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Apollo rocket parts retrieved from Atlantic by Amazon CEO's private team

This image provided by Bezos Expeditions shows a thrust chamber of an Apollo F-1 engine on the bottom of the Atlantic Ocean in March 2013. An expedition led by Amazon CEO Jeff Bezos pulled up two rocket engines, including this one, that helped boost Apollo astronauts to the moon. Bezos and NASA announced the recovery on Wednesday, March 20, 2013. The sunken engines were part of the Saturn V rocket used to bring astronauts to the moon during the 1960s and 1970s. After liftoff, they fell into the ocean as planned. (Courtesy of Bezos Expeditions)

March 21, 2013 12:00:00 AM PDT
Pieces of two of NASA's Apollo rocket engines were retrieved from the Atlantic Ocean floor, it was announced Wednesday.

The engine parts were located and recovered by an expedition privately funded by Amazon.com's CEO Jeff Bezos. The parts were raised during three weeks at sea. They were to be brought to Cape Canaveral, Fla., the original launch pad.

The Apollo program was active in the 1960s and '70s. Astronauts were launched using Saturn V rockets. The rockets, composed of five engines weighing 18,000 pounds each, fell to the ocean as designed, with no plans to retrieve them.

The recovered engine parts were originally thought to be from the Apollo 11 mission that landed men on the moon, but it was not clear due to deteriorated serial numbers. NASA was assisting in the identification of the parts.

Last year, the Bezos team used sonar to spot the sunken engines resting nearly 3 miles deep in the Atlantic and 360 miles from Cape Canaveral. At the time, the Internet mogul said the artifacts were part of the Apollo 11 mission that gave the world "one small step for man, one giant leap for mankind."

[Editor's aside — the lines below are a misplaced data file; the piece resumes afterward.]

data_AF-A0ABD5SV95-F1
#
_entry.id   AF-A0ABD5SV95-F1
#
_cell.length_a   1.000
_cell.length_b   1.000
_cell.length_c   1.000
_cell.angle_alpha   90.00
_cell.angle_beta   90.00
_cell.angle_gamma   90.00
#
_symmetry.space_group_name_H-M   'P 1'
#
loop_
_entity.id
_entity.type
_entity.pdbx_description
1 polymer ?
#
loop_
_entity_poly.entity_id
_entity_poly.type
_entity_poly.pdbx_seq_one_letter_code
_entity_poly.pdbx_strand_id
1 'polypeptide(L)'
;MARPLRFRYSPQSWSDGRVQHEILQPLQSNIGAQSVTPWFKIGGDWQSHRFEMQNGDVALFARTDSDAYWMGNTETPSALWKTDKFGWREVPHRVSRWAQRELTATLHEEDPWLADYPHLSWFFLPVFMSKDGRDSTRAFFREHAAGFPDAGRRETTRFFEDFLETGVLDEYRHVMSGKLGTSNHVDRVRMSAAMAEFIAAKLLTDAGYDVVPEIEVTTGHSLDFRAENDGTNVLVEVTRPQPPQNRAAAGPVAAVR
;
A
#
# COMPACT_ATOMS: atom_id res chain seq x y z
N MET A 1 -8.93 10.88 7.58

Bezos and his team sent underwater robots to hoist the engines, which are NASA property. In a statement, NASA Administrator Charles Bolden called the recovery "a historic find."

Bezos plans to restore the engine parts, which included a nozzle, turbine, thrust chamber and heat exchanger. Amazon.com Inc. spokesman Drew Herdener declined Wednesday to reveal the cost of the recovery or restoration.

NASA has previously said an engine would head for the Smithsonian Institution's National Air and Space Museum. If a second was recovered, it would be displayed at the Museum of Flight in Seattle, where Amazon.com is based.

The ocean floor off Cape Canaveral is strewn with jettisoned rockets and flight parts from missions since the beginning of the Space Age. What survived after plunging into the ocean is unknown.

In one of the more famous recoveries, a private company in 1999 hoisted Gus Grissom's Mercury capsule that accidentally sank in the Atlantic after splashdown in 1961. The capsule is now featured at the Kansas Cosmosphere and Space Center.

Besides running the online retailer, Bezos founded Blue Origins, one of the companies with a NASA contract to develop a spaceship to carry astronauts to the International Space Station.

The Associated Press contributed to this report.

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